The Nash Papyrus is now online, thanks to the University of Cambridge. The Jerusalem Post article gives a new meaning to the word “second”: “It is the world’s second oldest known manuscript containing a text from the Hebrew Bible. The oldest are the Dead Sea Scrolls.”
This Jerusalem Post article suggests the Top 5 Christmas activities in Jerusalem.
The traditional King David’s tomb has been vandalized by a man desperate to get married.
If you missed last week’s Christmas broadcast of the Land and the Book radio program, you can listen to it in the archives.
Simcha Jacobovici is suing Joe Zias in an Israeli court because the warnings of the latter led the Discovery Channel and National Geographic to cancel the broadcast of films of the former. (Note: this article, like many cited on this blog, is on the Haaretz website. Free access to 10 articles per month is available with an easy registration.)
Mark Goodacre notes the publication of Archaeology, Bible, Politics, and the Media and he shares his article “The Talpiyot Tomb and the Bloggers.”
The Huffington Post has a slideshow of the year’s archaeological highlights. None are related to the biblical world.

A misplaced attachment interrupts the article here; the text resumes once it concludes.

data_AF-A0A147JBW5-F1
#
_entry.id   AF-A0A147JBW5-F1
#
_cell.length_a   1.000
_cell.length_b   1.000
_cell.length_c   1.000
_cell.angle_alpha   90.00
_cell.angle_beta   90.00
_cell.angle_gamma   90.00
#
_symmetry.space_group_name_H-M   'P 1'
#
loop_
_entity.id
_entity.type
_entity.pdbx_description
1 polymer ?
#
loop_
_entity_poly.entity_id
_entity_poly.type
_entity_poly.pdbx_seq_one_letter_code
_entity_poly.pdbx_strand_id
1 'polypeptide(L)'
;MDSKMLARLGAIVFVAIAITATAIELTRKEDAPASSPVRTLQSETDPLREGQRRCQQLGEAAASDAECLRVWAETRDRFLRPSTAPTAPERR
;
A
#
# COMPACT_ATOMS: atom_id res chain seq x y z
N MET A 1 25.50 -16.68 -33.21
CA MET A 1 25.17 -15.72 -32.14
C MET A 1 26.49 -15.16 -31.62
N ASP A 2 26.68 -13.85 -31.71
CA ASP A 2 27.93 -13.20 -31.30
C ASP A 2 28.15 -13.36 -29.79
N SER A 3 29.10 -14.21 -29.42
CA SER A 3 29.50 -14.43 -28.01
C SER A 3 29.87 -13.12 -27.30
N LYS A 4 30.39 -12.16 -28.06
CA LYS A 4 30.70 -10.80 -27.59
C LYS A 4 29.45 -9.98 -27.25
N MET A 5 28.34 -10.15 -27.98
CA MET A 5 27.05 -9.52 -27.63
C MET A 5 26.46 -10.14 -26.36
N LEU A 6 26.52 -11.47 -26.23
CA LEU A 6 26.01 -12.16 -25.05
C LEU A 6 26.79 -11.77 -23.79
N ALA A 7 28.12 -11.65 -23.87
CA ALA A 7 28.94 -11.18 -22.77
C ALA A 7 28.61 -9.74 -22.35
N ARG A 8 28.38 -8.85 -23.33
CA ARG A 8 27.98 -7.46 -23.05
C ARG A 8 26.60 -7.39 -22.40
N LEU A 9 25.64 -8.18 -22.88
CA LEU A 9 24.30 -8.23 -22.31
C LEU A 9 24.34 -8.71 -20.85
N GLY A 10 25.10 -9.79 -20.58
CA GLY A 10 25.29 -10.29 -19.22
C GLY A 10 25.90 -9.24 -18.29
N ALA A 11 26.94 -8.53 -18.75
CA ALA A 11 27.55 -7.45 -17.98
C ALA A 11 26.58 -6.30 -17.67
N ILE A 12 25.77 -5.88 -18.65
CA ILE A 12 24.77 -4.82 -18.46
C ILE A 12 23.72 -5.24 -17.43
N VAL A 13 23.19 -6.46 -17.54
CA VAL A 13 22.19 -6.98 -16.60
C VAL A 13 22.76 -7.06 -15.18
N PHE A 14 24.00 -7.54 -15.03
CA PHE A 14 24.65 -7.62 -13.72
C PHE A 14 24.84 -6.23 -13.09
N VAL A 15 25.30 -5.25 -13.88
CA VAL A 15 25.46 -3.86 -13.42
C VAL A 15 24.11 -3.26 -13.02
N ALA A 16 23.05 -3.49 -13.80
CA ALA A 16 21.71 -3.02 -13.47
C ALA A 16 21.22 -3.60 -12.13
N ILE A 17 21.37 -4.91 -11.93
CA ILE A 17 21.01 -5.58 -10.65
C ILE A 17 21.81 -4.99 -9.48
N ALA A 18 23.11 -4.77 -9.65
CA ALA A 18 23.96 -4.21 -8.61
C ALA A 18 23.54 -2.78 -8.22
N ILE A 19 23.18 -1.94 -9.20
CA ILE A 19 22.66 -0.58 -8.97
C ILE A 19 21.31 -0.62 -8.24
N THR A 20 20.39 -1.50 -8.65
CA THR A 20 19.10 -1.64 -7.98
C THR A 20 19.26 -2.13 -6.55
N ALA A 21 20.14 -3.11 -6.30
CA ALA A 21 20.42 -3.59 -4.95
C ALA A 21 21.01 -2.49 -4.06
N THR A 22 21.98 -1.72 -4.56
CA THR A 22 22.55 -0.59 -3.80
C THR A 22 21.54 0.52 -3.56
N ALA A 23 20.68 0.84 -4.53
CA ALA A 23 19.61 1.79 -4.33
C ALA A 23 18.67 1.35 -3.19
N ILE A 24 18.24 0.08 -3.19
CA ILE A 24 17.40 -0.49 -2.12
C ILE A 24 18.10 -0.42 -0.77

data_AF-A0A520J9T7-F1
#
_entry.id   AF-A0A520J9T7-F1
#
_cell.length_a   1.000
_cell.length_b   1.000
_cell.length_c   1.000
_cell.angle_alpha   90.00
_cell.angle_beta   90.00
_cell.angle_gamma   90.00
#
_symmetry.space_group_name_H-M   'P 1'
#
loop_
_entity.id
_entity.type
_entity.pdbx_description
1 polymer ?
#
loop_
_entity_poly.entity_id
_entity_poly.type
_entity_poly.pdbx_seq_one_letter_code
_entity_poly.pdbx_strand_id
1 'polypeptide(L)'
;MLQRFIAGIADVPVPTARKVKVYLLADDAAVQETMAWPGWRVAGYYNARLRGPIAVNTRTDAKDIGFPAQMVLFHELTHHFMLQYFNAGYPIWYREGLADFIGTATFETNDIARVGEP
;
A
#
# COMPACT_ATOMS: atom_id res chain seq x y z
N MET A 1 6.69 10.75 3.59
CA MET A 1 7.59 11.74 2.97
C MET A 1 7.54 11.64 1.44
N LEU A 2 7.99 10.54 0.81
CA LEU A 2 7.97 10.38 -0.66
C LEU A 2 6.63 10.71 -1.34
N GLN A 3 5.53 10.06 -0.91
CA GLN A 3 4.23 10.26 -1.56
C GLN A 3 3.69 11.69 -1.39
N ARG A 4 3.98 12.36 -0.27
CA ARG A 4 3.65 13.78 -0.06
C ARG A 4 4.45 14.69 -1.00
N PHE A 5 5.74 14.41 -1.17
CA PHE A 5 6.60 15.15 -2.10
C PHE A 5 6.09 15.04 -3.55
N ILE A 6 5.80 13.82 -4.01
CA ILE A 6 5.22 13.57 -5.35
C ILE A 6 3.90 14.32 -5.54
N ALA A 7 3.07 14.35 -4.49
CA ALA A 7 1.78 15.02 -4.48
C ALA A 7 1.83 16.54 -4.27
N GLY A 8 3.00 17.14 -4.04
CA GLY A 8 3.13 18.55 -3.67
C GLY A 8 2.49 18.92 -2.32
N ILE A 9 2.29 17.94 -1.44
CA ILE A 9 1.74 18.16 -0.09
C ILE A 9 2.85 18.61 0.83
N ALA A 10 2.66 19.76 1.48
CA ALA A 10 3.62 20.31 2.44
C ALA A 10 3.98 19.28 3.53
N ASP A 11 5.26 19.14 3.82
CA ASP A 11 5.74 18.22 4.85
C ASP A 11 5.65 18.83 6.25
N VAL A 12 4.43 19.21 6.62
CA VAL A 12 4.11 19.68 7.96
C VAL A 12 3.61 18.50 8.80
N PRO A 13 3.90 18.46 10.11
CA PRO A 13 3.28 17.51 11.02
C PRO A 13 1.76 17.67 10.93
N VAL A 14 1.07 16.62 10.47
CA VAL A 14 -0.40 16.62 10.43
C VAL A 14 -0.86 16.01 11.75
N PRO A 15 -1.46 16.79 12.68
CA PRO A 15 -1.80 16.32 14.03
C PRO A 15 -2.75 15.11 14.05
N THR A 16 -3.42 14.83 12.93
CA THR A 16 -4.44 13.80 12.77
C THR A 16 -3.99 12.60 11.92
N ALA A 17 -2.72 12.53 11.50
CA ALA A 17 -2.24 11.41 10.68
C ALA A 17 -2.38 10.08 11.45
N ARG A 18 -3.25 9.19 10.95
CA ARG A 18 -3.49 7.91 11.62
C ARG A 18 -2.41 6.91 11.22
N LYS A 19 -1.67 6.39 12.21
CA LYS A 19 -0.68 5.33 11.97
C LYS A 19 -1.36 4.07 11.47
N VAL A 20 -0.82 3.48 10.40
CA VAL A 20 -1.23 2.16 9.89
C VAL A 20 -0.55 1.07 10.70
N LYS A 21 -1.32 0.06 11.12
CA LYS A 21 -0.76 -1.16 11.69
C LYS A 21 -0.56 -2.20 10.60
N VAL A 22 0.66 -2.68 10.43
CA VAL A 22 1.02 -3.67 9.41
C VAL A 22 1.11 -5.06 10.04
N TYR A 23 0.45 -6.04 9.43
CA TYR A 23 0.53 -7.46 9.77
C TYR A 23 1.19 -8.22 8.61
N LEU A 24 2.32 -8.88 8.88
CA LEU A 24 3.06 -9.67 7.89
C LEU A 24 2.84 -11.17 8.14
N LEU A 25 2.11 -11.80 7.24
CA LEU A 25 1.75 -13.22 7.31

The full-size replica of Noah’s Ark floats.
Officials are optimistic about the rainfall in Israel this winter. Amir Givati: “To see the Jordan River flowing at this time of year – that’s a phenomenon that takes place once every 20 years.”
Smuggling gangs in Iraq are using satellites to locate antiquities.
HT: Jack Sasson
2 thoughts on “Weekend Roundup”
A view of David’s Tomb taken ca. 1900
In the photo we see a pit surrounded by a stone barrier (deep?) being dug with the aid of a pulley and a donkey to pull up the debris. Located North and across the alley from the upper room.
Any idea what they are digging for? Is there a water cistern on the site today (Dormition courtyard)? Or perhaps looking for the cave under David's tomb??
The AP author of the ark article, Toby Sterling, couldn't resist "floating" the common strawman, "not big enough to fit every species on Earth … as described in the Bible," of course without actually citing a verse (note that his Twitter tagline is "Hardly ever serious"; par for the course in mainstream journalism).